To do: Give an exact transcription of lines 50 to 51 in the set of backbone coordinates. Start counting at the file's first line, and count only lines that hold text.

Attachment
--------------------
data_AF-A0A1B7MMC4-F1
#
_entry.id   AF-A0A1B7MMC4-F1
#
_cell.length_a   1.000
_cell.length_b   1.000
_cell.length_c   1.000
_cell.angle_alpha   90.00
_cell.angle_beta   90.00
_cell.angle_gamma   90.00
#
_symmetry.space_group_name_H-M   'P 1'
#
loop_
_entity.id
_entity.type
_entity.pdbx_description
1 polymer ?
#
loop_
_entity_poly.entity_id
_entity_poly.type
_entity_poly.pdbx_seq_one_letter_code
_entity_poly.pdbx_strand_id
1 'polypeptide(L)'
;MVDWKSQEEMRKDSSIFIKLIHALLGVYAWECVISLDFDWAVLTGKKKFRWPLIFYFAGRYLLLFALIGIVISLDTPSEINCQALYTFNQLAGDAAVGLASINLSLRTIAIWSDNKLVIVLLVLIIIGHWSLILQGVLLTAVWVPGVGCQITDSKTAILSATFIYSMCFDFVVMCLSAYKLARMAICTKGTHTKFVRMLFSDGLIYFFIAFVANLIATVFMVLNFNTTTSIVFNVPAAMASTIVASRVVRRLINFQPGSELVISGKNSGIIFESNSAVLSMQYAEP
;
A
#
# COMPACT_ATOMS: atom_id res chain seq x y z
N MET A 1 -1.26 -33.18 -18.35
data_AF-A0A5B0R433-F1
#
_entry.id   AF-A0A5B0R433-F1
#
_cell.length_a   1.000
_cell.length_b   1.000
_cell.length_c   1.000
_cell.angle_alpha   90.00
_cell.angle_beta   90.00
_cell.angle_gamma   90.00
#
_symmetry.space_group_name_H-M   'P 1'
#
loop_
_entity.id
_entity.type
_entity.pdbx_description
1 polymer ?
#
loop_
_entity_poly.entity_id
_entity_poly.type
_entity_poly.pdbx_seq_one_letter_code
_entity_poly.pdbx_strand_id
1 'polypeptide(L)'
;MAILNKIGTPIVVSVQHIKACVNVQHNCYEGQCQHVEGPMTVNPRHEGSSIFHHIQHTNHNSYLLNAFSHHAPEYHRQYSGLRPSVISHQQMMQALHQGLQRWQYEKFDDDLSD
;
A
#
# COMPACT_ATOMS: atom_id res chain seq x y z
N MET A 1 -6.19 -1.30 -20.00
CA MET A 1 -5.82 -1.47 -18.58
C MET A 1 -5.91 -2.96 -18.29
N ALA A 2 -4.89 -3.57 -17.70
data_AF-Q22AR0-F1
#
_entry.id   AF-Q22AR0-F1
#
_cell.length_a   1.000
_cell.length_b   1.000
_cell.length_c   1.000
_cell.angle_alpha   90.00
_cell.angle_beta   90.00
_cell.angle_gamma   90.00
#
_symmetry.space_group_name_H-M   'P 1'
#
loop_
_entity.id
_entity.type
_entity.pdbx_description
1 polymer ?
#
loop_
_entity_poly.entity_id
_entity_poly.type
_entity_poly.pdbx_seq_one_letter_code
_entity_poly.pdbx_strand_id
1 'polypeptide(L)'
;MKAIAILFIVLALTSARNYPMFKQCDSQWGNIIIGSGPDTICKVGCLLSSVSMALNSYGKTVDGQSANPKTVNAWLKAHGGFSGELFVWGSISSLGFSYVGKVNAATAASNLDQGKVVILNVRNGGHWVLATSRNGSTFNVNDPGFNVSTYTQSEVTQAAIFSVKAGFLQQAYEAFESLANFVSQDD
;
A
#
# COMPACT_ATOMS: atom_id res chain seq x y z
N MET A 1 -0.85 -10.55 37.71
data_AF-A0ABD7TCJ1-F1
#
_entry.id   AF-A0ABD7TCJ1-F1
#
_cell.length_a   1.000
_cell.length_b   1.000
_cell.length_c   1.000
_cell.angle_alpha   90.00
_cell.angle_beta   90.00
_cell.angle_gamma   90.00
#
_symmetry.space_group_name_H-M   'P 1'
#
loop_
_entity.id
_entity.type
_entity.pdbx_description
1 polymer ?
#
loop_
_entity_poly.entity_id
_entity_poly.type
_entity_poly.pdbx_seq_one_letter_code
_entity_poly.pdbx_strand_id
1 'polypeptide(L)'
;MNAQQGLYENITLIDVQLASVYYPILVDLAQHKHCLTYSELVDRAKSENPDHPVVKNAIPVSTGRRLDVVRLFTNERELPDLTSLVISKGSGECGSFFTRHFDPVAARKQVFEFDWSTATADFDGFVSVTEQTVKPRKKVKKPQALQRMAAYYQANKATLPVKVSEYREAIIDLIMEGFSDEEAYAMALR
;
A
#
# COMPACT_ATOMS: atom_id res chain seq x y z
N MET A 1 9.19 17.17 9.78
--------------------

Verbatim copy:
#
loop_